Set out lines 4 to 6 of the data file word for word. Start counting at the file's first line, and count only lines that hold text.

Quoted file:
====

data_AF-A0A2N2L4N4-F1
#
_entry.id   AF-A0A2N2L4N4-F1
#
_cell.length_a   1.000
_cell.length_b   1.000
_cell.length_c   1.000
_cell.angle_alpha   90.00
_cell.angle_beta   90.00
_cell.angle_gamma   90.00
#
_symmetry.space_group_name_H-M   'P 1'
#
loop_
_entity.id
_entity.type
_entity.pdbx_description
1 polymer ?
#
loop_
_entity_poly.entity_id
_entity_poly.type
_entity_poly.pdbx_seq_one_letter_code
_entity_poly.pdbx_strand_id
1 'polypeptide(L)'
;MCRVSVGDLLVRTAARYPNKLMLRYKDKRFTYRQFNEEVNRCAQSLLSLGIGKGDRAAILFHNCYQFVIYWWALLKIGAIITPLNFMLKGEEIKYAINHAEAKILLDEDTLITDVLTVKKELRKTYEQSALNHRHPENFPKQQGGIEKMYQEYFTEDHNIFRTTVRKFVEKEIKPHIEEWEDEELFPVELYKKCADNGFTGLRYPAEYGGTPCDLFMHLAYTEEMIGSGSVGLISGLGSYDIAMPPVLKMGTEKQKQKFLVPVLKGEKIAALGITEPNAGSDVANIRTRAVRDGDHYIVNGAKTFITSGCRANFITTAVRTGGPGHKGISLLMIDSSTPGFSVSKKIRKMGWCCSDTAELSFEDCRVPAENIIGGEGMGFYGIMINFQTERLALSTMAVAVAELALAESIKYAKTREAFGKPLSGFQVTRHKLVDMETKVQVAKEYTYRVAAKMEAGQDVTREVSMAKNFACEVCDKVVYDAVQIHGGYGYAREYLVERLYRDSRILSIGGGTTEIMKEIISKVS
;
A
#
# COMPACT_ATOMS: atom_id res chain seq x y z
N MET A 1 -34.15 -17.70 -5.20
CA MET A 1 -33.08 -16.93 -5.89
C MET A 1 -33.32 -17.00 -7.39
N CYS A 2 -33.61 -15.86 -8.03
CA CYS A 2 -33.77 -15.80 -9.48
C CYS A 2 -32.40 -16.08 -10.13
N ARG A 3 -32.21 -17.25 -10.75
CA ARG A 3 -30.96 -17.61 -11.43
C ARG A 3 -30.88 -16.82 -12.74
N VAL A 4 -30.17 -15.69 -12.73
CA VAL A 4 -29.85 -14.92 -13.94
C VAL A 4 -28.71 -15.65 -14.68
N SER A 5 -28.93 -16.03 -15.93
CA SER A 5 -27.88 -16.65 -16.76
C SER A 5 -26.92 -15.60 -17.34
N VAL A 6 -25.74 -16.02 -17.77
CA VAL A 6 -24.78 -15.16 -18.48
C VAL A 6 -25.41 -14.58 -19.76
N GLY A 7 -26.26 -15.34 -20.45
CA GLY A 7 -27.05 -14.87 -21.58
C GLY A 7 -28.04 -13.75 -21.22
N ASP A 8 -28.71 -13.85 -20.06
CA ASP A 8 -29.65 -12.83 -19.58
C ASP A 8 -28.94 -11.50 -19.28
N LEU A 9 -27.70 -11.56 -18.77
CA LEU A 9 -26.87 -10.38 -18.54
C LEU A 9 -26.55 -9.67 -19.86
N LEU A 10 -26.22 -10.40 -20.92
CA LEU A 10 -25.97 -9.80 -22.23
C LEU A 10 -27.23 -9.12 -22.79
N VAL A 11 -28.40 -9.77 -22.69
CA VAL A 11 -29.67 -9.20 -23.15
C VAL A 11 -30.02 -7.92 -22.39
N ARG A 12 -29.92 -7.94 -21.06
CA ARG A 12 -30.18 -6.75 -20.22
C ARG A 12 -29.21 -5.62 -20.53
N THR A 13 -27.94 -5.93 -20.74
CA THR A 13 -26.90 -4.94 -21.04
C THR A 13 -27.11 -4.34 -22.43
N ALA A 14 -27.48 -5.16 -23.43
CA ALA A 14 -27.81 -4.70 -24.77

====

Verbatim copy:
#
_cell.length_a   1.000
_cell.length_b   1.000